Franz Liszt's Precursor Sonata of 1849: a trial run in the Master's inner circle
Gerard Carter and Martin Adler
"[...] Gerard Carter and Martin Adler have, however, convincingly proven that a complete first version of the Sonata, a “Precursor”, must already have existed in May or June 1849. [...]"

– Mária Eckhardt, in: Introduction to "Piano Sonata b minor. Facsimile of the autograph." HN 3227, Henle, München, revised edition 2015.

Franz Liszt completed his Piano Sonata in B minor at Weimar in 1853. It met with a mixed reception from the musical establishment of the day but is now a part of the repertoire of every leading pianist and may even be the most frequently recorded and performed piano work ever written. It is the outstanding example of the compositional process of thematic transformation. The grandeur and lyrical power of its themes, based on three motifs so clearly stated at the outset, place it at the pinnacle of the piano literature.

Liszt composed his Sonata in 1852–53, or so we have been led to believe. We now know, however, that by June 1849 Liszt had already composed a precursor Sonata and tested it by performance to his inner circle. This monograph explains in detail the recently discovered and researched facts obtained by the authors on which this entirely novel proposition is based and places these facts in their historical and musicological context.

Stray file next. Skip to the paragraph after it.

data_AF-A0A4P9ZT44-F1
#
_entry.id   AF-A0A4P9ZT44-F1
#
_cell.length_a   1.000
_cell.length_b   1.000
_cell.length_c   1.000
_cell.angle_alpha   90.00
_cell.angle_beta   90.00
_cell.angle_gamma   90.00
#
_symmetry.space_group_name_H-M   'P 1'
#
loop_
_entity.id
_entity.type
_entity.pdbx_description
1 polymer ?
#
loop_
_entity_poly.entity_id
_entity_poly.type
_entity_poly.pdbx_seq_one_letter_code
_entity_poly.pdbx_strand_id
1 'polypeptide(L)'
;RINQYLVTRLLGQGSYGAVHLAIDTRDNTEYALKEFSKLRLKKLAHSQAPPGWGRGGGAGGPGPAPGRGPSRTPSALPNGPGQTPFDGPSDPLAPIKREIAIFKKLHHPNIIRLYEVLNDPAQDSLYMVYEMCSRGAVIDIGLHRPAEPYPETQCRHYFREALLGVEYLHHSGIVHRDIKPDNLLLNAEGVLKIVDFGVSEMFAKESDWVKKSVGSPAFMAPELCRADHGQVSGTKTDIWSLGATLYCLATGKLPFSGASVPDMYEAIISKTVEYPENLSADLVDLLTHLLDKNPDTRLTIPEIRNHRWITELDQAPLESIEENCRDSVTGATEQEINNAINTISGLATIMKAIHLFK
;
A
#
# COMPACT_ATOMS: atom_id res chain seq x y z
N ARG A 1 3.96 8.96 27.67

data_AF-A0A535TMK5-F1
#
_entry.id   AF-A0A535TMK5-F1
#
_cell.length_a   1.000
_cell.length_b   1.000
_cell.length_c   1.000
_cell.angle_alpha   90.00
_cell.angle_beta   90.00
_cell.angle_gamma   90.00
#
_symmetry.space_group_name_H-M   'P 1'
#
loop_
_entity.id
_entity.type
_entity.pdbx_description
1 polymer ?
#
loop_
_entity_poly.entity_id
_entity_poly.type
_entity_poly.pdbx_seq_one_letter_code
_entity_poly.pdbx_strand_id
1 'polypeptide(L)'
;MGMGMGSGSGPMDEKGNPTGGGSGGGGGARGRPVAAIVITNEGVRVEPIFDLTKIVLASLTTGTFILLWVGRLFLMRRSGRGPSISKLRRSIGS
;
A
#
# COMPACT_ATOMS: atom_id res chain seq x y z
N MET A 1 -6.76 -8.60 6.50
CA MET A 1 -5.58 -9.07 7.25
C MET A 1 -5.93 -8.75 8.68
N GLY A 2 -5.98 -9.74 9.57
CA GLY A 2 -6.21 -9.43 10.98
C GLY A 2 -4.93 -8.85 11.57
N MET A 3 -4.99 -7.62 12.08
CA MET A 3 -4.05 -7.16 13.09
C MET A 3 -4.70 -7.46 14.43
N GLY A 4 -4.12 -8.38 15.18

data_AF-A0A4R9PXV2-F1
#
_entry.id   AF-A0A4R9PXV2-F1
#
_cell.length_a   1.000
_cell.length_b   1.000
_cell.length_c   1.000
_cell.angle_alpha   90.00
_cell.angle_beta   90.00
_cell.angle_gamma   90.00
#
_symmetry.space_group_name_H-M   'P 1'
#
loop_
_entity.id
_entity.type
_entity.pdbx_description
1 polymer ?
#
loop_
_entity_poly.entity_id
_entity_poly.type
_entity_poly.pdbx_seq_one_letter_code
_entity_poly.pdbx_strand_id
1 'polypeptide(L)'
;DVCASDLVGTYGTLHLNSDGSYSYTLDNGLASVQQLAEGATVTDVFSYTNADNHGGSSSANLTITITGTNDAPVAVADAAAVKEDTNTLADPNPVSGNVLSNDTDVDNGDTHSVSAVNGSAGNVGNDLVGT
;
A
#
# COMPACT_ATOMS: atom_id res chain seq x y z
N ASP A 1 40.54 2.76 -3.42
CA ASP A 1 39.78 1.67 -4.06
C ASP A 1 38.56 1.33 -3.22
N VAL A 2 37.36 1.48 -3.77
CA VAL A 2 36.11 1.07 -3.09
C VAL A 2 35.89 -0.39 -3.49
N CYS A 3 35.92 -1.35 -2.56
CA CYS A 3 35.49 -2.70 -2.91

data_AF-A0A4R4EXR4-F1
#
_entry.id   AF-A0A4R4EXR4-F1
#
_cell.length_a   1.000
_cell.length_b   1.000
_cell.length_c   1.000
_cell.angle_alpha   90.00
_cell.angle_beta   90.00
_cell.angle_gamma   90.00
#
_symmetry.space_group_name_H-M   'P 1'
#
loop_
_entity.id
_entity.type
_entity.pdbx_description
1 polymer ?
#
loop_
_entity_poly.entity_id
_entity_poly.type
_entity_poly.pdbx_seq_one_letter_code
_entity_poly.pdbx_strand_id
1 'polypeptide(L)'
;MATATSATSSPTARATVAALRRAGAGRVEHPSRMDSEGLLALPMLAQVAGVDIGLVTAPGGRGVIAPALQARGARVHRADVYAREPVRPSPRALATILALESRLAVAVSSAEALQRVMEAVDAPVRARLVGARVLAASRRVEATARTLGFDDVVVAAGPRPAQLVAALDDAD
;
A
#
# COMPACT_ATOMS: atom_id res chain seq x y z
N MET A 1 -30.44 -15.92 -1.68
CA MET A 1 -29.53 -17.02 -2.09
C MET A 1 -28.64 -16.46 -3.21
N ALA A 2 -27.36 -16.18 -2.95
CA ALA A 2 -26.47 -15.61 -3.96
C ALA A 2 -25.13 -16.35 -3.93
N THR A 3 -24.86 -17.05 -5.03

• 1818–1848: Influences of Beethoven, Hummel,
    Schubert, Schumann, Chopin and Alkan
  • 1849 January (est.): Liszt's Sketch of Motifs A and B
  • 1849: Liszt Sketches the Andante sostenuto
  • 1849 January (est.): Liszt Commences Serious
    Compositional Work on his Sonata
  • 1849 May 30: Liszt Plays "Some New Compositions"
    for Bülow and Winterberger
  • 1849 May or June: Liszt Tells Bülow that he has "Begun Bigger Works"
  • 1849 May or June (est.): Liszt Plays his Precursor Sonata
    to his Inner Weimar Circle
  • 1849 July (est.): Kühmstedt Starts to Compose his
    Fugue Based on Liszt's Motifs B and C
  • 1850 June (est.): Liszt Performs Kühmstedt's Fugue
  • 1850 September: Bülow Plans to Visit Kühmstedt
  • 1853/54: Liszt's Sonata Completed and Published
  • Liszt's Annotations on the Szendy Copy in Budapest
  • Liszt's Sonata Compared to Kühmstedt's Fugue
The appendices include all the original sources with translations, comments by
Prof. Dr. Tibor Szász
and a facsimile of the whole of Kühmstedt's Fugue.
A number of illustrations are included as well as numerous musical examples.

Paperback illustrated 144 pages 210 x 148 mm
ISBN 978-3-8442-0842-9 RRP EUR 30

About the authors:

Gerard Carter is the author of several books on the Liszt Sonata and has produced CDs of historic recordings as well as of his own performance. Gerard studied the Sonata with Eunice Gardiner when he was a pupil at the Sydney Conservatorium of Music. Miss Gardiner had taken lessons from Claudio Arrau, which makes Gerard a great- great- grand pupil of Franz Liszt. Gerard holds the associate diploma in music (piano performing) and is a graduate in economics and law from the University of Sydney.

Martin Adler has a doctorate of natural sciences from the University of Marburg and runs an internet consultancy in Bonn where he lives with his wife and their three children. Martin has had an ever-growing fascination for the Liszt Sonata since he first heard it as a youth. He has studied it with his teacher Nelly Moser, who was a student at the St Petersburg Conservatory in the classes of the legendary pedagogues Emmanuel Fischmann and Vladimir Nielsen.


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